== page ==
Thursday, November 25, 2021

"Murder Spends the Weekend" (Repost)

"Murder Spends the Weekend."
By Donald Bayne Hobart (1898-1970).
First appearance: Triple Detective, Fall 1950.
Reprinted in Popular Detective, September 1952 and 

Triple Detective Novels #2 (U.K.) (FictionMags data).
Short short story (7 pages).
Online at The Luminist Archives (HERE; go down to text page 53).

     "Uncle Hank liked jokes, but the corpse wasn't a bit funny!"

They shot an arrow into the air
And it fell to earth precisely where
  they aimed it.
But still they have a reason for regret
Because, you see, it
Came to rest inside the wrong @#$%&@ target.

~ Thomas Marshall:

  An insurance salesman.

~ "Mugs" Kelly (narrator):
  "'The name is Kelly,' I said. 'I’m six feet four, weight two hundred and ten, and the last fellow who made cracks about my looks is still recovering.'"
~ Dexter Blake:
  "As I told you in the taxi, I’m an old friend of Mrs. Clayville. She invited me for the weekend. I’ve never met her husband."

~ Fred Steele:
  "If you should ask me, which of course, you won’t, Kelly, you are a fool to go to the Clayvilles’."

~ John Porter:
  "The taxi driver apparently knew everything about everyone. 'Uncle Hank is just a boy at heart, and every time he pulls one of those practical jokes of his he nearly kills somebody.'"

~ Martin Clayville:
  "'Good Lord!' Clayville said. 'Uncle Hank has killed that friend of Nancy’s. He’s murdered Dexter Blake!'"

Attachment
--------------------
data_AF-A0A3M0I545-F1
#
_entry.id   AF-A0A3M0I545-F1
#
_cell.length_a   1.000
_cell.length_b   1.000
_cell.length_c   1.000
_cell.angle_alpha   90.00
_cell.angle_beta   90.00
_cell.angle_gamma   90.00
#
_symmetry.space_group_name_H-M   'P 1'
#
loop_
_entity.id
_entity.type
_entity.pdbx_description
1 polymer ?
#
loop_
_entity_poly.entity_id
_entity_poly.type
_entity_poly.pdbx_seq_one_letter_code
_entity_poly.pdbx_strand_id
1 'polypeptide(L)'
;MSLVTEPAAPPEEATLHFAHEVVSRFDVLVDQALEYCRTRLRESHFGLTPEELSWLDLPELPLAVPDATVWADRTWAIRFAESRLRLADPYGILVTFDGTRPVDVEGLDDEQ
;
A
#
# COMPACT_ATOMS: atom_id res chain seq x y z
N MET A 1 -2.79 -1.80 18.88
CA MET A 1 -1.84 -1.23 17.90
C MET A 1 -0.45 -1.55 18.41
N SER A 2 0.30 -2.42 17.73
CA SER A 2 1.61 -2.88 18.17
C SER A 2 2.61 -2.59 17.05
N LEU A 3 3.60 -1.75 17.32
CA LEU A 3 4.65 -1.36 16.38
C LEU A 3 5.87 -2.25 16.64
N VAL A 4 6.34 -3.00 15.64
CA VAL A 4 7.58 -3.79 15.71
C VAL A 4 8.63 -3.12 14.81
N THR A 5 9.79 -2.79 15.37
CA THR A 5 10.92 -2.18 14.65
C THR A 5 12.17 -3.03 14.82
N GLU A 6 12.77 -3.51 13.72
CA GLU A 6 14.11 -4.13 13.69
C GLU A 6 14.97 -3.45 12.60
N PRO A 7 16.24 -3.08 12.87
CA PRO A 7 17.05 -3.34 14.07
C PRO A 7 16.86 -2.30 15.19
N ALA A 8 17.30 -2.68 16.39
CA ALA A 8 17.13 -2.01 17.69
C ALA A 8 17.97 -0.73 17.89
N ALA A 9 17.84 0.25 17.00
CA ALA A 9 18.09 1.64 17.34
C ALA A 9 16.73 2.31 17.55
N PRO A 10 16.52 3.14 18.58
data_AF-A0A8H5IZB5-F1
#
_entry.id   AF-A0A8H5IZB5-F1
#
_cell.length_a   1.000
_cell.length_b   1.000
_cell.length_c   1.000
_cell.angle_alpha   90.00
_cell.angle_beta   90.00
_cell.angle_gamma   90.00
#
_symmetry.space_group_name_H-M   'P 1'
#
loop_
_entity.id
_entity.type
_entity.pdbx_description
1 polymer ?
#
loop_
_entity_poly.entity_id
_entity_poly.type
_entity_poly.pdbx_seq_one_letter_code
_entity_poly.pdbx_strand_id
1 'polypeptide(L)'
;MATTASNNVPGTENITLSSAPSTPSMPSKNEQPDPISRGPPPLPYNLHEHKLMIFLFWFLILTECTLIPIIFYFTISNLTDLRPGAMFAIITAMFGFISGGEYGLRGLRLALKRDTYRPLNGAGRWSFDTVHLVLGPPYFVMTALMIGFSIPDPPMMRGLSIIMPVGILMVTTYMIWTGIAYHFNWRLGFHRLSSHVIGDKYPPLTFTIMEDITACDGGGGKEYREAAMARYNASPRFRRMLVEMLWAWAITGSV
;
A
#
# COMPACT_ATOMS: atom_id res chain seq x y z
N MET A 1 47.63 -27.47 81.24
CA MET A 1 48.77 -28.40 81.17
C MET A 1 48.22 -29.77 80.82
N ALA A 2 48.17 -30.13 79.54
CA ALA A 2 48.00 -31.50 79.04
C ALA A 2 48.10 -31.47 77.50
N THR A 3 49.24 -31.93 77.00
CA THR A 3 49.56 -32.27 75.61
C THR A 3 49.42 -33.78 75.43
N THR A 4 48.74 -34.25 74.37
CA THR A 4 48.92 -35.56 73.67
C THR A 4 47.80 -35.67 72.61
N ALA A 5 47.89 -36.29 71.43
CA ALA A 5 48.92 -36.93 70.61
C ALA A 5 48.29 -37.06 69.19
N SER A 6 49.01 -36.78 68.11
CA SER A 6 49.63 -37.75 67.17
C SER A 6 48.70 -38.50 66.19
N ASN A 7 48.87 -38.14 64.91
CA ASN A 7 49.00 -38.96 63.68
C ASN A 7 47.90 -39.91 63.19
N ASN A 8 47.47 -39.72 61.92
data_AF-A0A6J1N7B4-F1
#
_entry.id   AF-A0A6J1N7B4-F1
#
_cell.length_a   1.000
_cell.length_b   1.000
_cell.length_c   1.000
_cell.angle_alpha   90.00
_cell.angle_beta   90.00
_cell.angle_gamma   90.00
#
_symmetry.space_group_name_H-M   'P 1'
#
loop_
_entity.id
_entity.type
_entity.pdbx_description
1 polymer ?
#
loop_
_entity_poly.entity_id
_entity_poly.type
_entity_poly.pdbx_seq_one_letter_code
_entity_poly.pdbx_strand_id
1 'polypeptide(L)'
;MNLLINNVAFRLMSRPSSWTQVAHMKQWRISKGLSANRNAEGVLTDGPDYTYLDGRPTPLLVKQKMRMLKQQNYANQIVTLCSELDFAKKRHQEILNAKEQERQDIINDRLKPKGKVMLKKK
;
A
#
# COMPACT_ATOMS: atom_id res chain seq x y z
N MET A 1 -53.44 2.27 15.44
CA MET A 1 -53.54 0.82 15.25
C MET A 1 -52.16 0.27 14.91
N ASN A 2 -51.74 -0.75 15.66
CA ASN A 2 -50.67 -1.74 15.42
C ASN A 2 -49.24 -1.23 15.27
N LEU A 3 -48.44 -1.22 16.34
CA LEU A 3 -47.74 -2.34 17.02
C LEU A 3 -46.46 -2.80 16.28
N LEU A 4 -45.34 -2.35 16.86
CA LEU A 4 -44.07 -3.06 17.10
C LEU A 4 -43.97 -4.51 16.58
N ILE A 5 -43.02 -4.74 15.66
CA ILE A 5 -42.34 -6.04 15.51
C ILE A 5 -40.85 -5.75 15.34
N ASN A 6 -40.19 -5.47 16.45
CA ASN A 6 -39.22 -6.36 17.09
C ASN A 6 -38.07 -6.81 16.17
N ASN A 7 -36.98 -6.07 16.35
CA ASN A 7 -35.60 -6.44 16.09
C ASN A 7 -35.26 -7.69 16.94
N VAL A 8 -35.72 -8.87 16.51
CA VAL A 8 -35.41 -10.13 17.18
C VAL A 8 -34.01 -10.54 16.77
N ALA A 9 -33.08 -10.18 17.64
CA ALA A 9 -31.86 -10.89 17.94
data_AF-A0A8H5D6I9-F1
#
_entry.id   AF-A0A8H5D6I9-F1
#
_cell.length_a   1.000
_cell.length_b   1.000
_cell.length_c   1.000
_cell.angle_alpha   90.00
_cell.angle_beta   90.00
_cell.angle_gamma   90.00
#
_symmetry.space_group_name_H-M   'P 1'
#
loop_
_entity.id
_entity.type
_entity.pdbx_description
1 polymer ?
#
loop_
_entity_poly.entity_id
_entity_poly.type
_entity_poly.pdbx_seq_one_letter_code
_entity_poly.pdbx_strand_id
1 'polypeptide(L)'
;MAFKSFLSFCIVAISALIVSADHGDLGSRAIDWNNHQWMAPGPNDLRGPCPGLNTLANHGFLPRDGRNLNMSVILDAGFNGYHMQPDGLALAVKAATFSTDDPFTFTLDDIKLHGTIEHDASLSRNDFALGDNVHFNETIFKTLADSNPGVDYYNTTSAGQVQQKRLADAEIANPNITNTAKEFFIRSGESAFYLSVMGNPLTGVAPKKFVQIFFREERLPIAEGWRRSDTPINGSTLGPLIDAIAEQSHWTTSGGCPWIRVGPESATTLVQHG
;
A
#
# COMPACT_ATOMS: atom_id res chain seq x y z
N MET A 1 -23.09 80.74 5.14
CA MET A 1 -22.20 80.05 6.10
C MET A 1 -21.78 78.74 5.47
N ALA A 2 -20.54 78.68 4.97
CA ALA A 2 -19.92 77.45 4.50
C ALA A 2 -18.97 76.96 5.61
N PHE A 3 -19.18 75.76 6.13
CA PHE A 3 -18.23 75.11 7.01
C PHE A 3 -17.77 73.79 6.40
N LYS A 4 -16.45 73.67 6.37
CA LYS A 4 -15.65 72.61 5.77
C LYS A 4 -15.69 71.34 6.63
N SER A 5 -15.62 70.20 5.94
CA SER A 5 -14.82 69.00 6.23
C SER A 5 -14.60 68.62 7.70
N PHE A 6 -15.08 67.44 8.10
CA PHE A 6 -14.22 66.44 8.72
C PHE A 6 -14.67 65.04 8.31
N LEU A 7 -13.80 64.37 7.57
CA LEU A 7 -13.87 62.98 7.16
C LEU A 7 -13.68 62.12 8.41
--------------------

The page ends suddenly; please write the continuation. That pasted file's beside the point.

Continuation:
~ Uncle Hank Dawson:
  "You know that if anything should happen to me Nancy will inherit all my money. How you would enjoy hearing of my execution, Martin!"

~ Nancy Clayville:
  "She gasped as she saw the dead man, but she didn’t scream."

Donald Bayne Hobart, FictionMags tells us, was "born in Baltimore, Maryland; died in New York City." Hobart could be described as one of those reliable, all-purpose pulpsters who churned out stories in many genres; in our author's case he specialized in Westerns and crime fiction, with a few romances tossed in. Hobart hit his stride in the mid-'20s and consistently produced copy for the next three decades, his last credit being "Rainy Night" in the January 1965 Mike Shayne Mystery Magazine. Hobart had several series characters weaving in and out of the pulps in the '20s, '30s, '40s, and '50s: Whistling Waddy (1928, 1933, 1935, 1947), Hal Denning (1930), and Wayne Morgan (The Masked Rider), a character he shared with a lot of other publishing house scribes (19 stories of his own, 1938-42, 1944, 1945, 1951). In addition to those, he had "Mugs" Kelly, the hardboiled dick in today's story, in 23 adventures (the first one, "Suicides Are Saps") spread throughout Black Book Detective, Triple Detective, G-Man Detective, Popular Detective, 2 Detective Novels, Triple Detective, Detective Novel Magazine, Thrilling Detective, Exciting Detective, and Thrilling Mystery (1938-48, 1950, and 1952) (FictionMags data).

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